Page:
Historic gift: Buss preserves films of first Phoenix seasons
Former University of Wisconsin-Green Bay head basketball coach Dave Buss doesn’t want the Phoenix program’s first seasons to fade into obscurity.
And thanks to his generosity, more than 100 long-forgotten game films from the earliest seasons of the men’s basketball program have been converted into digital format and will be available for public viewing through the University Archives at Cofrin Library.
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The collection includes the Phoenix’s very first game, a 99-70 defeat of Milton College on Dec. 3, 1969. For the record that very first season they were known as the Bay Badgers, and the first points scored were by guard Dave Haglund, who curled around a screen and took a pass from Ray Willis for a layup. Haglund was fouled on the shot and made a free throw. So the first Phoenix scoring featured an old-fashioned 3-point play.
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There are also scenes from the Phoenix upset of national powerhouse DePaul, and a victory over UW-Whitewater in Whitewater, which catapulted the Phoenix into the NAIA Championship Tournament.
“Back then we shot 16 mm films of the games and it was really expensive,” said Buss, now retired and living in Horseshoe Bay, Texas, a community about 50 miles west of Austin. “This was the only recorded evidence of their playing careers and it was deteriorating. I thought if we don’t save it now, it’s not going to be preserved. It’s evidence of their playing life. And they were very good players.”
The story of the film rescue began last spring when Buss contacted Debra Anderson, who is coordinator of the University Archives. Buss wanted copies of film to send out as gifts to some of his former players. Anderson replied that the film could be transferred to DVD, but added there would be a cost. Buss quickly responded by sending a check that not only covered the cost, but made sure that UW-Green Bay has a full set for the historic record.
Anderson then turned to Mike Schmitt from UW-Green Bay Media Services to make a digital transfer of more than 100 games.
“It’s pretty technical, but it required a special projector that converted film to video,” Schmitt said. “It was a pretty labor intensive project. Fortunately, the old films had been stored well, so they don’t look much different than 40 years ago. We knew that it had historical value.”
“If we had come to this point even 10 years in the future, some of these memories could have been lost,” Anderson said. To identify the former Phoenix basketball players in action, she turned to Phoenix alumnus Tom Anderson (no relation to Debra Anderson).
And what has been the reaction among those former players who have received their DVDs?
“Unbelievable. They’re absolutely elated,” Buss said. “It’s something that was almost lost, but is now available.”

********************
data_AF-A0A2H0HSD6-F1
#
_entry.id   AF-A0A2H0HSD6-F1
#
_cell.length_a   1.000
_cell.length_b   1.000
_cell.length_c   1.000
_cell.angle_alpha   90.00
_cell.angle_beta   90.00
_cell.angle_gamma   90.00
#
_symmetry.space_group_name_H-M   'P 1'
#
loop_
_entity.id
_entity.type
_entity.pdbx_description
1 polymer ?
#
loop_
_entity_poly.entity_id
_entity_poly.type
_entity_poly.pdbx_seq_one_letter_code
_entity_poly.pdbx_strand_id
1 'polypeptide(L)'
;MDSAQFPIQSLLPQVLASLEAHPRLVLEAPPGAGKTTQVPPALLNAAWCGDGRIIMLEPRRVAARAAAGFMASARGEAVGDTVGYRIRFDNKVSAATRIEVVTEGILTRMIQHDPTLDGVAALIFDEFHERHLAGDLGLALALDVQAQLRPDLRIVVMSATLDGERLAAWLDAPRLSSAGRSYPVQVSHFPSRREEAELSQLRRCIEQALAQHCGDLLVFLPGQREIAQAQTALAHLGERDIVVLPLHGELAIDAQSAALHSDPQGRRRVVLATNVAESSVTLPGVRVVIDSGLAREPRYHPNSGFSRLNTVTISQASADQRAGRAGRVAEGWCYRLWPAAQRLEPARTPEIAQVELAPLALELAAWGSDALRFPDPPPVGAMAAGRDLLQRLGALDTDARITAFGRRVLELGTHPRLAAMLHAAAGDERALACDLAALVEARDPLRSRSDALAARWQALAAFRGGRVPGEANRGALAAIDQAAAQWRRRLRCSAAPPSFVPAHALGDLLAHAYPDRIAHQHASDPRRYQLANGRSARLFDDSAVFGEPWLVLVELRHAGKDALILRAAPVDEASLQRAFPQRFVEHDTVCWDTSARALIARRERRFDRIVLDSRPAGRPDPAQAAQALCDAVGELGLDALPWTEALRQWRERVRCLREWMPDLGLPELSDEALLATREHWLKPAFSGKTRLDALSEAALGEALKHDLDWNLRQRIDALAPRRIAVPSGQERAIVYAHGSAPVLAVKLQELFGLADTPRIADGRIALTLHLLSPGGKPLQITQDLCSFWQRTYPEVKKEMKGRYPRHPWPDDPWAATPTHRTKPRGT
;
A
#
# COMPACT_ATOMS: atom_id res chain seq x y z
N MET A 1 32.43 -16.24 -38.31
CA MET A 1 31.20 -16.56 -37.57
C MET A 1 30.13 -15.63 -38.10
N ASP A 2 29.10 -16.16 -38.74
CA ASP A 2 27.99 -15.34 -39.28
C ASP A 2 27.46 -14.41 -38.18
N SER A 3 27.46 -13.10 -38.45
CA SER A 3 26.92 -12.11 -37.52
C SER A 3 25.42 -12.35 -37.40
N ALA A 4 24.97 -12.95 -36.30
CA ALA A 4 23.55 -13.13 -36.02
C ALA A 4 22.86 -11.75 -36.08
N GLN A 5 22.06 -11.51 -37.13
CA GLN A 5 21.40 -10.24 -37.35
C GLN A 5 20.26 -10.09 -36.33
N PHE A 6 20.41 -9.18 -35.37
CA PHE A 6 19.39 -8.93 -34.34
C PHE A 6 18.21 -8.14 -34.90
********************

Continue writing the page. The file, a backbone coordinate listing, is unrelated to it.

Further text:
Buss, a Marshfield native, was named head coach in early 1968 and given the responsibility to recruit a basketball team that could play the next year when the four-year campus opened. That first season the Phoenix featured eight freshman, two sophomores and two junior college transfers. But they were winners from the start, posting a 16-8 record in that first season, and 23-5 in their second year.
By 1972-73 the Phoenix had become a small college powerhouse. That season included a 63-62 win at major-college contender DePaul and a trip to the NAIA tournament in Kansas City by defeating UW-Whitewater at Whitewater.
That early success was no fluke. During his tenure Buss’ teams had just one losing season. In 1977-78 the Phoenix finished 30-2, losing in the NCAA Division II Final Four championship to Cheyney State. That season the Phoenix lone regular season loss was a 55-49 heartbreaker at De Paul.
Buss, whose final season was 1981-82, still follows the Phoenix, and is impressed by how well the program has done in the ensuing years. He said the Horizon League is clearly among the elite mid-major conferences and the Phoenix is consistently near the top of the league.
Reviewing that vintage game footage has affirmed Buss’ belief that a number of his Phoenix players could play in the modern era. Sure, hairstyles have changed and thankfully so have the uniforms. Gone are the tight, silk shorts. But there’s no denying the talent that would bring the Phoenix to the upper reaches of Division II basketball. Buss adds that the success of those early teams and players set the stage for UW-Green Bay’s move into Division I basketball.
One of the early stars, Dennis Woelffer (1970-73), remains second only to Tony Bennett among the Phoenix all-time scorers, and is first in career rebounds. Ray Willis (1970-71) was a junior college transfer who averaged 26.8 points per game. Although he only played two seasons, Willis is ninth in all-time scoring. And Ron Ripley (76-79) is fourth in all-time scoring, and second in rebounds.
“When I look at the game tapes I’m struck by how good they were,” Buss said. “Now the bodies look different because we didn’t use the weight rooms like they do today. I mean Tod’s (Kowalczyk) players have great physiques. But basketball is basketball. And back then we were very good offensively and defensively.”
How can you order a copy of one or more of these historic games? Contact the University of Wisconsin-Green Bay special collections unit within the Cofrin Library at (920) 465-2539, or email@example.com. Each disc is $7. View a list of games available on DVD.